* Govt ministers say yet to see court verdict on mining rule
* Full court verdict likely to take weeks
* Miners hope ruling will pave way for resumption in exports (Adds comments, details)
By Fergus Jensen
JAKARTA, Nov 6 (Reuters) - Indonesia will review its rules on the export of unprocessed metal ores after a supreme court ruling upheld a challenge to a government ban on such shipments, Energy and Mineral Resources Minister Jero Wacik said on Tuesday.
The court decision could pave the way for a resumption of exports by small mining companies, which were hit hard by the restriction imposed in May by Indonesia, the world’s largest exporter of nickel ore and a significant exporter of bauxite and iron ore.
The ruling is likely to prompt further uncertainty in a $93 billion sector reeling from a series of regulatory changes this year, although it is unclear whether it will lead to an immediate increase in exports.
“We want to improve the economy. So we will weigh up everything and then find the best way out,” Wacik told a news conference.
Mining constitutes 12 percent of GDP in Indonesia, the largest economy in Southeast Asia. Policy flip-flops have been one of the biggest challenges for investors in the sector, along with corruption, red tape and poor infrastructure.
Wacik said he was seeking information from the court about the ruling but had not seen it personally.
The Indonesian Nickel Association (ANI) and the Association of Indonesian City and Regional governments, which brought the case, showed Reuters a document on Monday that independent lawyers said was an extract of the supreme court ruling.
The supreme court’s website also listed a status update, saying the two cases brought by the plaintiffs were “partially granted” on Sept 12. It gave no further details and did not post a copy of the decision.
The regulations issued this year aimed to add value to Indonesian exports and encourage firms to build smelters. The have already led to billions of dollars in proposed smelter investments, particularly for bauxite and aluminium.
But many companies have complained the rules hurt their ability to export, Wacik said. Japanese mining firms in particular have urged the government not to do anything to stop exports because it would bankrupt their factories, he added.
“I don’t want to bankrupt anybody. That would be a sin,” Wacik said. “In the transition period (around a 2014 deadline) I may look at which companies have already built smelters, that have laid the foundations. These would be allowed to export again until 2014, and then their exports must stop.”
Holders of mining business licenses (IUPs) will need to wait for clarification of the full verdict from the Supreme Court, without which the government and other stakeholders can make no decisions on the matter. This could take weeks.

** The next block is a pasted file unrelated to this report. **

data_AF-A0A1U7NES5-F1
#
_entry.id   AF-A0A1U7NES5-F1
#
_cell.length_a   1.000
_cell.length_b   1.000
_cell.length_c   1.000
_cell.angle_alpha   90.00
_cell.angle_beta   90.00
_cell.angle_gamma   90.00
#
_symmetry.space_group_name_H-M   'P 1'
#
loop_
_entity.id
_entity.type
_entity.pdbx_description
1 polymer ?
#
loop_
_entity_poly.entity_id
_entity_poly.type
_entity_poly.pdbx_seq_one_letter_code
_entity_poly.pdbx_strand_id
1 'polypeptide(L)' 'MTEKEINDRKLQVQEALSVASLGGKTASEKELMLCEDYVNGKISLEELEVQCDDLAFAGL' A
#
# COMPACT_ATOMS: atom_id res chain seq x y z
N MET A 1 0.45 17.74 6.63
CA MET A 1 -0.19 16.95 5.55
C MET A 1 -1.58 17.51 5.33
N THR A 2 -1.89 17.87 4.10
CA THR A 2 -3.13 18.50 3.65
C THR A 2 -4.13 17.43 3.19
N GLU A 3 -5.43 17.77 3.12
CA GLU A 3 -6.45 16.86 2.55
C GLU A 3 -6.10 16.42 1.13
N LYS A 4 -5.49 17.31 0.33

Bill Sullivan, a lawyer and mining specialist at Christian Teo Purwono & Partners in Jakarta, said the government might be able to override the court’s decision by getting the trade ministry to issue another similar regulation.
“The supreme court’s principal concern ... seems to have been that the Ministry of Energy & Mineral Resources had been inappropriately given control over an export matter, when this was really part of the authority of the Ministry of Trade,” Sullivan said.
The court ruling does not affect parts of the 2009 Law on Mining that ban all raw mineral exports after 2014.
The government’s mining rules do not apply to big players such as Freeport McMoRan Copper & Gold and Newmont Mining Corp, which along with coal mining are not covered by this part of the regulations.
An executive at one small miner, which was forced to sell its nickel mine because of the export ban, expected the government to re-issue the rules. Some parts may be stripped out but requirements for ‘clean’ permits and a 20 percent export tax, which have hurt small miners, are likely to stay, he said.
“It will be an even bigger mess for export procedures now until it is cleared up, because there are a lot of other downstream departments and agencies that would need to be instructed, such as customs and ports,” said the executive, who declined to be identified.
Any cancellation of the ban should favour exporters and increase volumes, according to a report by Riaz Hyder, an analyst at Macquarie Capital Securities in Jakarta.
“The key takeaway from the reported ruling, however, is that the industry bodies ultimately appear to have had a fair trial and common sense has prevailed,” the report said. (Additional reporting by Neil Chatterjee, Andjarsari Paramaditha and Rieka Rahadiana; Writing by Matthew Bigg; Editing by Jane Baird)